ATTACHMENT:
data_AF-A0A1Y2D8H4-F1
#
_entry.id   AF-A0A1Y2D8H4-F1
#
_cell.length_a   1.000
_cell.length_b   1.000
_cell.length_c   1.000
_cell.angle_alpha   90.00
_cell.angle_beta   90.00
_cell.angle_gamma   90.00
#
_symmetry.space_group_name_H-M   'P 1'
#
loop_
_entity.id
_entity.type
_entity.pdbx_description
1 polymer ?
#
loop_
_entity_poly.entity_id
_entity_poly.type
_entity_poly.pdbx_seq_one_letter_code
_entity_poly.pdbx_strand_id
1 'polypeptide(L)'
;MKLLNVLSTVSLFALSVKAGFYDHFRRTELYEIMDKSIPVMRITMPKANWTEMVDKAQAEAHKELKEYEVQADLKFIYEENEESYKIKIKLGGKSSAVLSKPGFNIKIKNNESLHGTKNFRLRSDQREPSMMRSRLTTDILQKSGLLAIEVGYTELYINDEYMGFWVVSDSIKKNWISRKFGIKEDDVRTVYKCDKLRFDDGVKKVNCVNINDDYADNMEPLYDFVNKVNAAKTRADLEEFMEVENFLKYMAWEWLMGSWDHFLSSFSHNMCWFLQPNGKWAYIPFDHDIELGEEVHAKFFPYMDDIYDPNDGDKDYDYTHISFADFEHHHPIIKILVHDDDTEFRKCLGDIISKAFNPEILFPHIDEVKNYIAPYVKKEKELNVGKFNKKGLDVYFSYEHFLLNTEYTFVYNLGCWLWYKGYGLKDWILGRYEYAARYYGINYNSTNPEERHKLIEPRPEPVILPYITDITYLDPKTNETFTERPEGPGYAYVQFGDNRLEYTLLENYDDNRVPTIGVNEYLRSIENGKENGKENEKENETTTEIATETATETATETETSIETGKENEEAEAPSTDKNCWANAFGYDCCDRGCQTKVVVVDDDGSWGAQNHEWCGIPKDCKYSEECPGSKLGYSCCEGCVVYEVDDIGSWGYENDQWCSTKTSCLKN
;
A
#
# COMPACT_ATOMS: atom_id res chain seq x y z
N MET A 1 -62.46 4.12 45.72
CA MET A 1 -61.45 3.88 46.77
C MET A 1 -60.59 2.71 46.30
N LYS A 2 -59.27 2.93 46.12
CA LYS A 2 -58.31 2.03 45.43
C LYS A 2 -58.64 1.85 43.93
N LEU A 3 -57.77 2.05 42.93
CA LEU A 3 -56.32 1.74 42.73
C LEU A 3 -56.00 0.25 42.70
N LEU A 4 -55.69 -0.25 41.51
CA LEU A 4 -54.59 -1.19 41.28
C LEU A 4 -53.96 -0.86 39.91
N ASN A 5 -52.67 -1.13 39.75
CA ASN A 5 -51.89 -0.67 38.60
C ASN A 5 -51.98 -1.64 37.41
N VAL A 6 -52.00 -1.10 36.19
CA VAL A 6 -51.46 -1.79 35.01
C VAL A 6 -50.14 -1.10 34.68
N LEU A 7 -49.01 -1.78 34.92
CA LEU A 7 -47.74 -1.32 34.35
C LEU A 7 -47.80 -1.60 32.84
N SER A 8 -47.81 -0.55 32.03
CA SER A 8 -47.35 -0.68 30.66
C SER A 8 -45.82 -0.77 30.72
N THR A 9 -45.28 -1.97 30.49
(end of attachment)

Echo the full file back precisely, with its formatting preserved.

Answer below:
data_AF-A0A1Y2D8H4-F1
#
_entry.id   AF-A0A1Y2D8H4-F1
#
_cell.length_a   1.000
_cell.length_b   1.000
_cell.length_c   1.000
_cell.angle_alpha   90.00
_cell.angle_beta   90.00
_cell.angle_gamma   90.00
#
_symmetry.space_group_name_H-M   'P 1'
#
loop_
_entity.id
_entity.type
_entity.pdbx_description
1 polymer ?
#
loop_
_entity_poly.entity_id
_entity_poly.type
_entity_poly.pdbx_seq_one_letter_code
_entity_poly.pdbx_strand_id
1 'polypeptide(L)'
;MKLLNVLSTVSLFALSVKAGFYDHFRRTELYEIMDKSIPVMRITMPKANWTEMVDKAQAEAHKELKEYEVQADLKFIYEENEESYKIKIKLGGKSSAVLSKPGFNIKIKNNESLHGTKNFRLRSDQREPSMMRSRLTTDILQKSGLLAIEVGYTELYINDEYMGFWVVSDSIKKNWISRKFGIKEDDVRTVYKCDKLRFDDGVKKVNCVNINDDYADNMEPLYDFVNKVNAAKTRADLEEFMEVENFLKYMAWEWLMGSWDHFLSSFSHNMCWFLQPNGKWAYIPFDHDIELGEEVHAKFFPYMDDIYDPNDGDKDYDYTHISFADFEHHHPIIKILVHDDDTEFRKCLGDIISKAFNPEILFPHIDEVKNYIAPYVKKEKELNVGKFNKKGLDVYFSYEHFLLNTEYTFVYNLGCWLWYKGYGLKDWILGRYEYAARYYGINYNSTNPEERHKLIEPRPEPVILPYITDITYLDPKTNETFTERPEGPGYAYVQFGDNRLEYTLLENYDDNRVPTIGVNEYLRSIENGKENGKENEKENETTTEIATETATETATETETSIETGKENEEAEAPSTDKNCWANAFGYDCCDRGCQTKVVVVDDDGSWGAQNHEWCGIPKDCKYSEECPGSKLGYSCCEGCVVYEVDDIGSWGYENDQWCSTKTSCLKN
;
A
#
# COMPACT_ATOMS: atom_id res chain seq x y z
N MET A 1 -62.46 4.12 45.72
CA MET A 1 -61.45 3.88 46.77
C MET A 1 -60.59 2.71 46.30
N LYS A 2 -59.27 2.93 46.12
CA LYS A 2 -58.31 2.03 45.43
C LYS A 2 -58.64 1.85 43.93
N LEU A 3 -57.77 2.05 42.93
CA LEU A 3 -56.32 1.74 42.73
C LEU A 3 -56.00 0.25 42.70
N LEU A 4 -55.69 -0.25 41.51
CA LEU A 4 -54.59 -1.19 41.28
C LEU A 4 -53.96 -0.86 39.91
N ASN A 5 -52.67 -1.13 39.75
CA ASN A 5 -51.89 -0.67 38.60
C ASN A 5 -51.98 -1.64 37.41
N VAL A 6 -52.00 -1.10 36.19
CA VAL A 6 -51.46 -1.79 35.01
C VAL A 6 -50.14 -1.10 34.68
N LEU A 7 -49.01 -1.78 34.92
CA LEU A 7 -47.74 -1.32 34.35
C LEU A 7 -47.80 -1.60 32.84
N SER A 8 -47.81 -0.55 32.03
CA SER A 8 -47.35 -0.68 30.66
C SER A 8 -45.82 -0.77 30.72
N THR A 9 -45.28 -1.97 30.49